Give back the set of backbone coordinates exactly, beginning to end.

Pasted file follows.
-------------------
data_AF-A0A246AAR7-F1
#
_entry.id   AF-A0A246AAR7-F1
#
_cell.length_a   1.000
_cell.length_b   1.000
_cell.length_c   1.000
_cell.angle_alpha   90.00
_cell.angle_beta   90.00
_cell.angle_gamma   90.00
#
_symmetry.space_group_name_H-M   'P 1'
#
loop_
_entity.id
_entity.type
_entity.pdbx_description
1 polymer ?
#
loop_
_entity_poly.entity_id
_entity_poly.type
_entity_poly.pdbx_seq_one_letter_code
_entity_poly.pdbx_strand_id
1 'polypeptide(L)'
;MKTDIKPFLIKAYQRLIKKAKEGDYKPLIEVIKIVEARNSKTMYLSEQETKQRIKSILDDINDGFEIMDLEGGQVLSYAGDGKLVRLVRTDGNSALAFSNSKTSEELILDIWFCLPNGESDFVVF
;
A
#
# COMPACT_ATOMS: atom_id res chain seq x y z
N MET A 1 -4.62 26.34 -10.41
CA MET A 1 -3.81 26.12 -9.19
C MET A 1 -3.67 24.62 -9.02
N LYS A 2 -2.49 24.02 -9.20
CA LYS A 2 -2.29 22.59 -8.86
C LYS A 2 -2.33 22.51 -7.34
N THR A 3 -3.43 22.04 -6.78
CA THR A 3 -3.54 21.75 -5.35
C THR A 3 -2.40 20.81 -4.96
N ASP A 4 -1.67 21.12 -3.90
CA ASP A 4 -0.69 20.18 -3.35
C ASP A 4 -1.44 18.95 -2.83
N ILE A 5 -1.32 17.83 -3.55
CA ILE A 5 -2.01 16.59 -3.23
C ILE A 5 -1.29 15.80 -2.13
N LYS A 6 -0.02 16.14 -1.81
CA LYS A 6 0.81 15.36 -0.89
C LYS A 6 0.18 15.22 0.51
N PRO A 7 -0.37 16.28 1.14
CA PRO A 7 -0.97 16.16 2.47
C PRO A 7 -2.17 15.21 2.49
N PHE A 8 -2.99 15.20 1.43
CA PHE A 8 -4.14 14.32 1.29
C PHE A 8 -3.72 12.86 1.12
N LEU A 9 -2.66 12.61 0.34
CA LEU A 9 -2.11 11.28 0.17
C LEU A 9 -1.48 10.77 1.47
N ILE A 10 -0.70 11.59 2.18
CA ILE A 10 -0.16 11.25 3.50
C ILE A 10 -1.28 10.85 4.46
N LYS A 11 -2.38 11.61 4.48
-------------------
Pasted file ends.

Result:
data_AF-A0A246AAR7-F1
#
_entry.id   AF-A0A246AAR7-F1
#
_cell.length_a   1.000
_cell.length_b   1.000
_cell.length_c   1.000
_cell.angle_alpha   90.00
_cell.angle_beta   90.00
_cell.angle_gamma   90.00
#
_symmetry.space_group_name_H-M   'P 1'
#
loop_
_entity.id
_entity.type
_entity.pdbx_description
1 polymer ?
#
loop_
_entity_poly.entity_id
_entity_poly.type
_entity_poly.pdbx_seq_one_letter_code
_entity_poly.pdbx_strand_id
1 'polypeptide(L)'
;MKTDIKPFLIKAYQRLIKKAKEGDYKPLIEVIKIVEARNSKTMYLSEQETKQRIKSILDDINDGFEIMDLEGGQVLSYAGDGKLVRLVRTDGNSALAFSNSKTSEELILDIWFCLPNGESDFVVF
;
A
#
# COMPACT_ATOMS: atom_id res chain seq x y z
N MET A 1 -4.62 26.34 -10.41
CA MET A 1 -3.81 26.12 -9.19
C MET A 1 -3.67 24.62 -9.02
N LYS A 2 -2.49 24.02 -9.20
CA LYS A 2 -2.29 22.59 -8.86
C LYS A 2 -2.33 22.51 -7.34
N THR A 3 -3.43 22.04 -6.78
CA THR A 3 -3.54 21.75 -5.35
C THR A 3 -2.40 20.81 -4.96
N ASP A 4 -1.67 21.12 -3.90
CA ASP A 4 -0.69 20.18 -3.35
C ASP A 4 -1.44 18.95 -2.83
N ILE A 5 -1.32 17.83 -3.55
CA ILE A 5 -2.01 16.59 -3.23
C ILE A 5 -1.29 15.80 -2.13
N LYS A 6 -0.02 16.14 -1.81
CA LYS A 6 0.81 15.36 -0.89
C LYS A 6 0.18 15.22 0.51
N PRO A 7 -0.37 16.28 1.14
CA PRO A 7 -0.97 16.16 2.47
C PRO A 7 -2.17 15.21 2.49
N PHE A 8 -2.99 15.20 1.43
CA PHE A 8 -4.14 14.32 1.29
C PHE A 8 -3.72 12.86 1.12
N LEU A 9 -2.66 12.61 0.34
CA LEU A 9 -2.11 11.28 0.17
C LEU A 9 -1.48 10.77 1.47
N ILE A 10 -0.70 11.59 2.18
CA ILE A 10 -0.16 11.25 3.50
C ILE A 10 -1.28 10.85 4.46
N LYS A 11 -2.38 11.61 4.48